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North America's Forgotten Frontier: Canadian Arctic

09/18/2013 12:04 EDT | Updated 11/18/2013 05:12 EST

YELLOWKNIFE, NORTHWEST TERRITORIES -- This charming lakeside town bustles as thousands of Japanese tourists come annually to view the spectacular Aurora Borealis lights and as workers in mining, construction and energy arrive to cash in on its boom.

I was invited to speak at the Prospects North 2013 conference sponsored by the NWT Chamber of Commerce and I also visited the Diavik Diamond mine, the biggest of three gigantic mines nearly 400 miles north of Yellowknife. These mines, and another to open soon, are why the Northwest Territories has become the third biggest diamond producer in the world.

The conference was organized by executive director Mike Bradshaw and well-attended by policy, political and business leaders. My message was simply that the territories needed a new metaphor. They are not isolated and helpless political jurisdictions. They must think of themselves as the world's biggest mining and resource play.

The three -- NWT, Yukon and Nunavut -- are bigger than Australia and have only seven operating mines now. Another 20 mines are in advanced stages of pre-development approvals and hundreds more undiscovered ore bodies exist in the frozen north. Such mature projects and exploration must be their top priority -- as the world's biggest mining play -- and will usher in an unprecedented amount of prosperity and the building of essential infrastructure.

"BY 2020, our GDP will double and we will have several new mines, one diamond, two gold mines, one zinc mine and two lead-zinc mines," said NWT Premier Robert McLeod in his office in Yellowknife. Imagine what twice that many mines would mean to the Territory and the North.

His prediction doesn't include the economic development that will result from a discovery of oil from shale and the huge hydro-electric potential in the Northwest Territories, bigger than Quebec's James Bay or B.C. Hydro's. The oil, light and valuable, can be developed within a few years -- like the Bakken in North Dakota and Saskatchewan -- but the development of dams may take a decade or more.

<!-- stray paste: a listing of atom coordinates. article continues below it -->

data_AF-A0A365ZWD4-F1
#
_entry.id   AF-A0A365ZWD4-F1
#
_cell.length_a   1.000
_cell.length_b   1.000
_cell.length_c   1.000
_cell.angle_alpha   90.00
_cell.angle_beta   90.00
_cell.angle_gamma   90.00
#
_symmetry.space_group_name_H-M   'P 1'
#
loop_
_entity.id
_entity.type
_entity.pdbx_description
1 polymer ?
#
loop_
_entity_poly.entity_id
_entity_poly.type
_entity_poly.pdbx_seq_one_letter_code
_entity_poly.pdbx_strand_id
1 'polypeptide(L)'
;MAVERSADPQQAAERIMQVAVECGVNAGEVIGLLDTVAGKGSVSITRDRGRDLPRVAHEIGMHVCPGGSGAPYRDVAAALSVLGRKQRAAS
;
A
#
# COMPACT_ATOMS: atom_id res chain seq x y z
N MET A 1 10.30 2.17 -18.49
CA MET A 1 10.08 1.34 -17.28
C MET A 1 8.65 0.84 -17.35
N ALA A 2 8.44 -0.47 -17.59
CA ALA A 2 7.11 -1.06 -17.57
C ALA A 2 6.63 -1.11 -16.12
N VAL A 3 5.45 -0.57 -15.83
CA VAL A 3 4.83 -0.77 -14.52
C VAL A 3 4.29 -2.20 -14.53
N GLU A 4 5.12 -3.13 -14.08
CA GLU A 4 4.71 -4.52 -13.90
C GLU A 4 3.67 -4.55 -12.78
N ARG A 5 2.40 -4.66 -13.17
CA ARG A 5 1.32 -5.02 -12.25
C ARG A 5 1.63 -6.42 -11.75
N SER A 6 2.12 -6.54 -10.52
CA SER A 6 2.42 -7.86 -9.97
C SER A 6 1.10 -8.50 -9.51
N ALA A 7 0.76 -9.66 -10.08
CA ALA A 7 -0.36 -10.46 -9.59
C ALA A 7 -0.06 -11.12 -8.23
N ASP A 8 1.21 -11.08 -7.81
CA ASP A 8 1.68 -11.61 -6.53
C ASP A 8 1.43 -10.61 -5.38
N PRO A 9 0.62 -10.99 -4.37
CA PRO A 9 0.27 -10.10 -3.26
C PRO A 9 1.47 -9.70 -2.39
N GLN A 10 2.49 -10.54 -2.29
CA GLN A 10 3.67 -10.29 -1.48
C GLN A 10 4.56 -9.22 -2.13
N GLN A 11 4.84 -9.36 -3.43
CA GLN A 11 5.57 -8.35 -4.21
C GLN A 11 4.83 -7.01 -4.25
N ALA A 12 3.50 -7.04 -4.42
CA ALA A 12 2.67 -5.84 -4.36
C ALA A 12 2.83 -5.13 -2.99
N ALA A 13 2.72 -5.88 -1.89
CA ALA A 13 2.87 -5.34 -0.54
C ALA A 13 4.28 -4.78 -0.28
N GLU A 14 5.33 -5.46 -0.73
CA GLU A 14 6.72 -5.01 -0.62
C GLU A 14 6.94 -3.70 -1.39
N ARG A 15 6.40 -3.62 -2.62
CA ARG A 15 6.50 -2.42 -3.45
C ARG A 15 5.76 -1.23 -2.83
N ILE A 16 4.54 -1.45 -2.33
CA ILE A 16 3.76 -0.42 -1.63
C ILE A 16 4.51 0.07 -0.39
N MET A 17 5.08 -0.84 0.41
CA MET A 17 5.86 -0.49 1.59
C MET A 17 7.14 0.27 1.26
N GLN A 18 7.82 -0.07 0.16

"We are told that the shale oil in our territories (near Norman Wells) is gigantic, 627 million barrels or even more," said Peter Vician, Deputy Minister of Industry Trade and Investment in an interview.

The world has passed this northern frontier by -- from a failed attempt (for 30 years) to exploit natural gas and oil in and around Inuvik, to the lack of infrastructure or interest by the federal government (which is the landlord).

Canada's North is unexplored, unmapped and undeveloped making Canada itself a laggard in terms of economic development. The territories are cold and remote and unpopulated but so are Alaska and Siberia and yet jurisdictions are massively wealthy and have large populations and infrastructure.

Siberia has 50 seaports, more people than Canada, 36 million and seven cities with half a million or more people. The area was opened up in 1891.

Alaska, one third size of Canada's Arctic, has seven times' more people (710,000), a $50 billion Heritage Fund, seven huge operating mines, Prudhoe Bay oil fields and pipeline and 25 seaports.

Meanwhile in Canada in the 1980s one of the most promising oil wells was discovered -- the Amauligak in the Beaufort Sea -- then capped and abandoned along with trillions of cubic feet of natural gas.

Hopefully, the territories will speak with one voice in Ottawa and the promising shale oil discoveries will make the country and world take notice.

Maybe this generation will belong to the North.

*This article previously appeared in the Financial Post